Docker Basics – Part 3

1. To stop and remove ALL containers
docker stop $(docker ps -aq)
docker rm $(docker ps -aq)

2. To stop ALL containers
docker stop $(docker ps -a -q)

3. To remove ALL containers
docker rm -f $(docker ps -a -q)

4. Stop and remove Containers
docker stop $(docker ps -qa)
docker rm $(docker ps -qa)

5. Remove Images
docker rmi $(docker images -qa)
docker images
docker rmi -f b00ea124ed62 529165268aa2 0c45f7936948
docker images

5. Docker Volume Example usage:

docker run -v c:\ContainerData:c:\data:RO for read-only access
docker run -v c:\ContainerData:c:\data:RW for read-write access
docker run -v c:\ContainerData:c:\data for read-write access (default)

docker run -itd -p 8030:80 -m 1GB –name nginx1 -v c:/html:/usr/share/nginx/html nginx

docker run -itd -p 8040:80 -m 1GB –name nginx2 -v c:/html:/usr/share/nginx/html:ro nginx:v2

6. Docker run Examples

–privileged
$ docker run -t -i –rm ubuntu bash
root@bc338942ef20:/# mount -t tmpfs none /mnt
mount: permission denied

$ docker run -t -i –privileged ubuntu bash
root@50e3f57e16e6:/# mount -t tmpfs none /mnt
root@50e3f57e16e6:/# df -h
Filesystem Size Used Avail Use% Mounted on
none 1.9G 0 1.9G 0% /mnt

-w
$ docker run -w /path/to/dir/ -i -t ubuntu pwd
The -w lets the command being executed inside directory given, here /path/to/dir/.
Note : If the path does not exist it is created inside the container.

docker run -itd -p 8050:80 -m 1GB –name nginx3 -w //usr//share//nginx//html -v c:/html:/usr/share/nginx/html nginx

-e, –env, –env-file
$ docker run -e MYVAR1 –env MYVAR2=foo –env-file ./env.list ubuntu bash

$ docker run –env VAR1=value1 –env VAR2=value2 ubuntu env | grep VAR
VAR1=value1
VAR2=value2

7. Limiting Memory Examples
$ docker run -d -p 8081:80 –memory=20m –memory-swap=20m nginx
$ docker container run -d –memory-reservation=250m –name mymem1 alpine:3.8 sleep 3600

8. Limiting CPU Examples:
–cpus
Docker 1.13 and higher:
$ docker run -it –cpus=”.5″ ubuntu /bin/bash

Docker 1.12 and lower:
$ docker run -it –cpu-period=100000 –cpu-quota=50000 ubuntu /bin/bash
$ docker run -it –cpus-shares=”512″ ubuntu /bin/bash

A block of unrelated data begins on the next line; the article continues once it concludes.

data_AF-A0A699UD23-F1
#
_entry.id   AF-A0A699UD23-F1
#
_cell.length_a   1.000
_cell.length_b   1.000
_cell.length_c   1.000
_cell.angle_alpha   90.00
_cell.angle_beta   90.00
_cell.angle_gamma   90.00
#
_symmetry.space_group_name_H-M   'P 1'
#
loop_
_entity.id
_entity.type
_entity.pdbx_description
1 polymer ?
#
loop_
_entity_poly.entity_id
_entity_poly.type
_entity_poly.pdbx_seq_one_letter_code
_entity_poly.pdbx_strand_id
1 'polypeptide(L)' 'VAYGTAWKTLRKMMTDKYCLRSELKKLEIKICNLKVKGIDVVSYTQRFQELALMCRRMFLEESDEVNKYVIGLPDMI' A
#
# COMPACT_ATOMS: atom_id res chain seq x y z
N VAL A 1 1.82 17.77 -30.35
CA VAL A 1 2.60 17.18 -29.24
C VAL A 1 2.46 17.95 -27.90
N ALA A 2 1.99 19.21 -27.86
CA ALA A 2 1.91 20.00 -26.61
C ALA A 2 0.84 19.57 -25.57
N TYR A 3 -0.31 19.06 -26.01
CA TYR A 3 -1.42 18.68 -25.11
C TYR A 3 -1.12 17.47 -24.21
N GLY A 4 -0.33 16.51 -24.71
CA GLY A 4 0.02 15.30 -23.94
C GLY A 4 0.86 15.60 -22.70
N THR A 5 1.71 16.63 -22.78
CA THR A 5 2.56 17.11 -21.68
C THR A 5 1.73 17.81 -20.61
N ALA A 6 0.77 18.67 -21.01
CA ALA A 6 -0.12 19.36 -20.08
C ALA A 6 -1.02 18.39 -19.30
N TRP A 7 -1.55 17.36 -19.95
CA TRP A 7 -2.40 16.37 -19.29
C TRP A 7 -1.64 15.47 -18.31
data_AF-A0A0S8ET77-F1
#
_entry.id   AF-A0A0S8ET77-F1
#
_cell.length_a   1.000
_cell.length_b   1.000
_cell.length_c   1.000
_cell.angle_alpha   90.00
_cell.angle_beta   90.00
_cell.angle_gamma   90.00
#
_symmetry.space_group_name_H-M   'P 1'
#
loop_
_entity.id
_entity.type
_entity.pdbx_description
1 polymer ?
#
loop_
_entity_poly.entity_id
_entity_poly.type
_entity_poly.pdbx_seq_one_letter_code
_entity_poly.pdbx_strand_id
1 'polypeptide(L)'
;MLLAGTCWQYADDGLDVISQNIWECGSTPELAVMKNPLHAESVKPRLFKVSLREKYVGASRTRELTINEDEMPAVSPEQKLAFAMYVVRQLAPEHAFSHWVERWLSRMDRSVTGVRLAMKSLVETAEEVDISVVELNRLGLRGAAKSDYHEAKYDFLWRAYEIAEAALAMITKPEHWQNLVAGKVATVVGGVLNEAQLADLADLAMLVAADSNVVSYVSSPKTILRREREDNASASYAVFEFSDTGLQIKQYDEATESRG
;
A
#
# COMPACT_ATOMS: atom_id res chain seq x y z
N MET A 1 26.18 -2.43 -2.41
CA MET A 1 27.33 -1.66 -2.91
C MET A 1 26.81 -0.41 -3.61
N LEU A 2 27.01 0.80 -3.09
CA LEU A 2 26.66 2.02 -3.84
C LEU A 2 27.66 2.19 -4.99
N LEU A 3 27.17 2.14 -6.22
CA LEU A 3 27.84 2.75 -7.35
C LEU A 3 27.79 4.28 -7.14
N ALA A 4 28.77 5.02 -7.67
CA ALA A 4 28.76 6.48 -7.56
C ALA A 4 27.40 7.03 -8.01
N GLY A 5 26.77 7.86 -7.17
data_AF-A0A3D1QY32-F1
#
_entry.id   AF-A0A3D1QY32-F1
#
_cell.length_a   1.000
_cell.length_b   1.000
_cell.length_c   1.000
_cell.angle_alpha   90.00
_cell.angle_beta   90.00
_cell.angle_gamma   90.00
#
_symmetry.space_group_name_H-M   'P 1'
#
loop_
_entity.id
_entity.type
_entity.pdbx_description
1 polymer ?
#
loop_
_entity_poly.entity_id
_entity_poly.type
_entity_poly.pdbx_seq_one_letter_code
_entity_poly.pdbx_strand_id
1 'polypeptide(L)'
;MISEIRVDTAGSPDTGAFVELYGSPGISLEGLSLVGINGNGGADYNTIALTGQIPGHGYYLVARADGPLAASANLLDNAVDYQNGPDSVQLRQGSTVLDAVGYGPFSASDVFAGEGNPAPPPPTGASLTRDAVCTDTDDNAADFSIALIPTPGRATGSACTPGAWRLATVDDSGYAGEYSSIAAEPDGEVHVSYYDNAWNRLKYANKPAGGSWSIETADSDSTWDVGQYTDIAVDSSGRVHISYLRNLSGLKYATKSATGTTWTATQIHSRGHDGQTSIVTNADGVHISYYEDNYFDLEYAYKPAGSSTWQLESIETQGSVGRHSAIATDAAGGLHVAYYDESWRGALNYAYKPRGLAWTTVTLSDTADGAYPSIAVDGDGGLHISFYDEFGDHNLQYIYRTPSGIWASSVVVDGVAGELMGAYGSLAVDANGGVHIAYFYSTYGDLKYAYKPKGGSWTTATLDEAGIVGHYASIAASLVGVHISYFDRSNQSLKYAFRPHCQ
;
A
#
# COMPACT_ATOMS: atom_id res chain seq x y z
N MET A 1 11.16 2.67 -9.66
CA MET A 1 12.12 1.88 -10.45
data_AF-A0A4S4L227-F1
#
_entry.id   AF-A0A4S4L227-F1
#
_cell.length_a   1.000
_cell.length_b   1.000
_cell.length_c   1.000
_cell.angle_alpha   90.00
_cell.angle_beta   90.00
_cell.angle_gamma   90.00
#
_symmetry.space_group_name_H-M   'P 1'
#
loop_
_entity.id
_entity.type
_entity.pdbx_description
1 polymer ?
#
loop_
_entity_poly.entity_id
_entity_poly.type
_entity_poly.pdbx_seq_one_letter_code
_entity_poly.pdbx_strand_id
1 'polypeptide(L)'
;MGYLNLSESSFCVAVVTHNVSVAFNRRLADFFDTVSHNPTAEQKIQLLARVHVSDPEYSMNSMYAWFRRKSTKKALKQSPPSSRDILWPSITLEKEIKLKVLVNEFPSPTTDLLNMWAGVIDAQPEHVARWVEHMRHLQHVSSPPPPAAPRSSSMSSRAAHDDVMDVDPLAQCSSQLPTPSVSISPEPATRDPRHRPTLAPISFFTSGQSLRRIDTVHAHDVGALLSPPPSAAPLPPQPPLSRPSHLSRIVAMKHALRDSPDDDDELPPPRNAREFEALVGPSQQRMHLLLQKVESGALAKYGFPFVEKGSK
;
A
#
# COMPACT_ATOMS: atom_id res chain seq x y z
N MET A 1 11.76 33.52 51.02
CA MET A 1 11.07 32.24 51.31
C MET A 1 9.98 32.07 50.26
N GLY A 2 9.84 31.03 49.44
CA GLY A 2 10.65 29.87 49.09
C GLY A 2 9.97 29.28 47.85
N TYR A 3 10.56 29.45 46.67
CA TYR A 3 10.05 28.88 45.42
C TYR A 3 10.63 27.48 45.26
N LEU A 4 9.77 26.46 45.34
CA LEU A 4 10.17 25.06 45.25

9. To check docker stats :
$ docker stop $(docker ps -aq); docker rm $(docker ps -aq)
$ docker run -itd -p 8030:80 –name nginx7 -v c:/html:/usr/share/nginx/html:ro nginx:v2
$ docker stats
CONTAINER ID NAME CPU % MEM USAGE / LIMIT MEM % NET I/O BLOCK I/O PIDS
779eb8148aa7 nginx7 0.00% 1.914MiB / 8.75GiB 0.02% 906B / 0B 0B / 4.1kB 2

10. Create and start a container
$ docker create -t -i fedora bash
6d8af538ec541dd581ebc2a24153a28329acb5268abe5ef868c1f1a261221752

$ docker start -a -i 6d8af538ec5
bash-4.2#

11. Docker Copy Examples
Copy a file from host to container:
docker cp Dockerfile 779eb8148aa7:/tmp/Dockerfile
docker exec -it 779eb8148aa7 //bin/bash
docker cp Dockerfile 779eb8148aa7:/tmp/Dockerfile123
docker exec -it 779eb8148aa7 //bin/bash

Copy a file from Docker container to host:
docker cp 779eb8148aa7:/tmp/Dockerfile123 Dockerfile_Delete

Copy a Folder from host to container:
docker cp /home/captain/my_dir ubu_container:/home
docker cp ubu_container:/home/my_dir /home/captain

12. Docker Logs Examples
$ docker logs 779eb8148aa7 –follow

Docker Basics – Part 2

Lets see some basic of DockeronWindows here.

Pre-requisite:
Understanding of Docker technology
Good Configuration (with nested virtualization)
Either Windows 10 or Windows 2016
NOTE:
Windows 10 host does not share host kernel with container kernel as windows 10 is a client version of OS and its does not have any windows server core image.
So windows 10 make use of Hyper-V containerisation technology to support windows containers.